>happiness is a temporary physiological brain-chemical-induced emotion. it is temporary and fleeting, like all emotions. you will quickly revert back to your baseline emotional state.

      You can really look at happiness as an imbalance....

      --
      🌻🌻 [google.com]
    • (Score: 2) by JoeMerchant on Saturday February 10, @10:12PM (4 children)

      by JoeMerchant (3937) on Saturday February 10, @10:12PM (#1343908)

      > that puts you in regular, low-level danger and dread are very bad things for how you feel about your life

      So, one way I "beat" the big bad city and all of its low level danger threats was by buying a cheap old pickup truck. I drove it downtown, parked it on the street at night for basketball games, parked it wherever the hell I wanted really, because: A) nobody would bother to steal it, the reward was far too small for the risk, and B) even if they did, I was out maybe a paycheck and a half... hardly worth getting worried about when the chances were low to start with.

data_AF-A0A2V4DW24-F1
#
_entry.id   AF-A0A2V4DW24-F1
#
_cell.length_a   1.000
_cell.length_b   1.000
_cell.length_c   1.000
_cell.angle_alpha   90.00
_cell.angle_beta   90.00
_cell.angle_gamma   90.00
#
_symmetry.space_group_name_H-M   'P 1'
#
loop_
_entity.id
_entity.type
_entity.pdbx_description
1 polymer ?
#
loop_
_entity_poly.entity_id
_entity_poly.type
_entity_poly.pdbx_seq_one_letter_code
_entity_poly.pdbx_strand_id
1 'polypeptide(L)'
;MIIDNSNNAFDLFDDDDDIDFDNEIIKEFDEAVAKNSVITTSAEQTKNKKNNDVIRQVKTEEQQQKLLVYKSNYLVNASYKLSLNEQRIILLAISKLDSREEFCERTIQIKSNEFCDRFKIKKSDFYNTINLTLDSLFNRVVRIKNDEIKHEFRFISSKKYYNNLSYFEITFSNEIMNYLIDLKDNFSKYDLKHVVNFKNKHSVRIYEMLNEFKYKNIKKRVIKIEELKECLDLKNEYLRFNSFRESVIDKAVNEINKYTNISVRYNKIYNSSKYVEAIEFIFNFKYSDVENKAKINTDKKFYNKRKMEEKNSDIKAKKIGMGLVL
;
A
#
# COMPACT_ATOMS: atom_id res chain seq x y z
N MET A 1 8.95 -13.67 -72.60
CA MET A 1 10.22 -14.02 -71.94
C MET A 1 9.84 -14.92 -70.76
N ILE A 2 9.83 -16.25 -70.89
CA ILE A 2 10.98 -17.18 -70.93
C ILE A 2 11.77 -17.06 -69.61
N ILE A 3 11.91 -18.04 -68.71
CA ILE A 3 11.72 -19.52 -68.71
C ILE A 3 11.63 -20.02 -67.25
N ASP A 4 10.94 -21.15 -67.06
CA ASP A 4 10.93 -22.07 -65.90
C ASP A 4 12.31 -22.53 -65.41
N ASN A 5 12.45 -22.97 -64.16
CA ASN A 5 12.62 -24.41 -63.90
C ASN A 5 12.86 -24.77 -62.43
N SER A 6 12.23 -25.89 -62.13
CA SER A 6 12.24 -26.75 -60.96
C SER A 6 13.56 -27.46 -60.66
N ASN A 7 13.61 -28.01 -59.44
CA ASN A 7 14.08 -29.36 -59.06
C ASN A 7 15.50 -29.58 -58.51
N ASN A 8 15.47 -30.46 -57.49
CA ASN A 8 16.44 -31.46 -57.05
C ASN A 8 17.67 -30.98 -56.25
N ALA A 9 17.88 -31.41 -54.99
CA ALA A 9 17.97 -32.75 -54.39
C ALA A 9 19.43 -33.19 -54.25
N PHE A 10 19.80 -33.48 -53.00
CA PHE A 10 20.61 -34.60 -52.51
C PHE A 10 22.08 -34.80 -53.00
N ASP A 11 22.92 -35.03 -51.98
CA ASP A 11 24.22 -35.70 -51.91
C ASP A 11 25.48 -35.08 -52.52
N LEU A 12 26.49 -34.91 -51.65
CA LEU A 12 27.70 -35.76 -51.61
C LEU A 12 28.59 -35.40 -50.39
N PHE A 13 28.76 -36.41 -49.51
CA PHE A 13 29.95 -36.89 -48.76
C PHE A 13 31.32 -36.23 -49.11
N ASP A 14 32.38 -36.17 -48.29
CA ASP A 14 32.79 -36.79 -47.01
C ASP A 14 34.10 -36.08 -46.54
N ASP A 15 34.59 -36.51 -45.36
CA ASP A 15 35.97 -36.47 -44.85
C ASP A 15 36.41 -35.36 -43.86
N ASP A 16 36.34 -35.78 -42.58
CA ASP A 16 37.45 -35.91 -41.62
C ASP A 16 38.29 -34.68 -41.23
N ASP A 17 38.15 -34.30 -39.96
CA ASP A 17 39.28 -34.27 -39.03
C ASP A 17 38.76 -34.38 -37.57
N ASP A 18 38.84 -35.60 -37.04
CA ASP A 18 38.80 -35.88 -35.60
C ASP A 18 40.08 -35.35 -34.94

One thing I did a lot with that truck was tow a little aluminum outboard boat to the sketchy boat ramp near my house. Being sketchy, it was both free to use and not as crowded as the glittery big boat ramp in the other direction. And even though the little boat cost 3x as much as the truck, it was relatively cheap, lightweight, not a problem if you ran it aground... a man at the ramp remarked to me one day "I used to have a boat like that, I used to enjoy boating when I had that boat" - he went on to elaborate that his new, bigger, heavier, more powerful boat is fun - when it isn't needing work, when it isn't stuck on a sandbar needing a tow, when he hasn't gone too far offshore and unexpected weather is making it hell to get back into the bay, when he isn't paying for fuel... With great responsibility comes great stress, and misery. A $50,000 boat is a lot more responsibility than a $5,000 boat, but the $5000 boat can get you 90% of the "fun stuff" depending on what you define as "fun stuff."